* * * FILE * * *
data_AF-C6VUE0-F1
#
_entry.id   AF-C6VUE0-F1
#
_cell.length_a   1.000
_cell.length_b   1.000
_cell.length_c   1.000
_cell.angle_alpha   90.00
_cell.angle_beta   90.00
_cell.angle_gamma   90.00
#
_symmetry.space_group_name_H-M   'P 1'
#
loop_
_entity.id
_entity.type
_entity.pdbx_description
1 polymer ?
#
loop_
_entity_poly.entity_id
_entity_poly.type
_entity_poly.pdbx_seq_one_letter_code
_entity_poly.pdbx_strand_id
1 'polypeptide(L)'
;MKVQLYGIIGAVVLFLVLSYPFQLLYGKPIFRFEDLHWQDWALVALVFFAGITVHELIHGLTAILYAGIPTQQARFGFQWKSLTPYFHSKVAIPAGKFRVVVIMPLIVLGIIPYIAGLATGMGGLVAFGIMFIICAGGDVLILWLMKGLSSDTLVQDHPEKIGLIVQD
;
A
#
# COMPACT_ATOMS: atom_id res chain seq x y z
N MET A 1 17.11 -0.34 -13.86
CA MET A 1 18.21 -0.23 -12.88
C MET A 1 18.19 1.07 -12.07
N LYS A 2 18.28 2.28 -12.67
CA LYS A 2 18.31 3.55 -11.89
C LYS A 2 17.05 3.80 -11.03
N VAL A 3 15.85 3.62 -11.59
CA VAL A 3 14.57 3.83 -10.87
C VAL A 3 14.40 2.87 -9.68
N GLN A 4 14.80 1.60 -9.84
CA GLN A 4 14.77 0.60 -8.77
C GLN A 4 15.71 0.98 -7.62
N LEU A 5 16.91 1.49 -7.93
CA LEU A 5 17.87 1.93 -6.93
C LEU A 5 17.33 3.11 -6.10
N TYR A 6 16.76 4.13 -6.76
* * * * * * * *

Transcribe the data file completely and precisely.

data_AF-C6VUE0-F1
#
_entry.id   AF-C6VUE0-F1
#
_cell.length_a   1.000
_cell.length_b   1.000
_cell.length_c   1.000
_cell.angle_alpha   90.00
_cell.angle_beta   90.00
_cell.angle_gamma   90.00
#
_symmetry.space_group_name_H-M   'P 1'
#
loop_
_entity.id
_entity.type
_entity.pdbx_description
1 polymer ?
#
loop_
_entity_poly.entity_id
_entity_poly.type
_entity_poly.pdbx_seq_one_letter_code
_entity_poly.pdbx_strand_id
1 'polypeptide(L)'
;MKVQLYGIIGAVVLFLVLSYPFQLLYGKPIFRFEDLHWQDWALVALVFFAGITVHELIHGLTAILYAGIPTQQARFGFQWKSLTPYFHSKVAIPAGKFRVVVIMPLIVLGIIPYIAGLATGMGGLVAFGIMFIICAGGDVLILWLMKGLSSDTLVQDHPEKIGLIVQD
;
A
#
# COMPACT_ATOMS: atom_id res chain seq x y z
N MET A 1 17.11 -0.34 -13.86
CA MET A 1 18.21 -0.23 -12.88
C MET A 1 18.19 1.07 -12.07
N LYS A 2 18.28 2.28 -12.67
CA LYS A 2 18.31 3.55 -11.89
C LYS A 2 17.05 3.80 -11.03
N VAL A 3 15.85 3.62 -11.59
CA VAL A 3 14.57 3.83 -10.87
C VAL A 3 14.40 2.87 -9.68
N GLN A 4 14.80 1.60 -9.84
CA GLN A 4 14.77 0.60 -8.77
C GLN A 4 15.71 0.98 -7.62
N LEU A 5 16.91 1.49 -7.93
CA LEU A 5 17.87 1.93 -6.93
C LEU A 5 17.33 3.11 -6.10
N TYR A 6 16.76 4.13 -6.76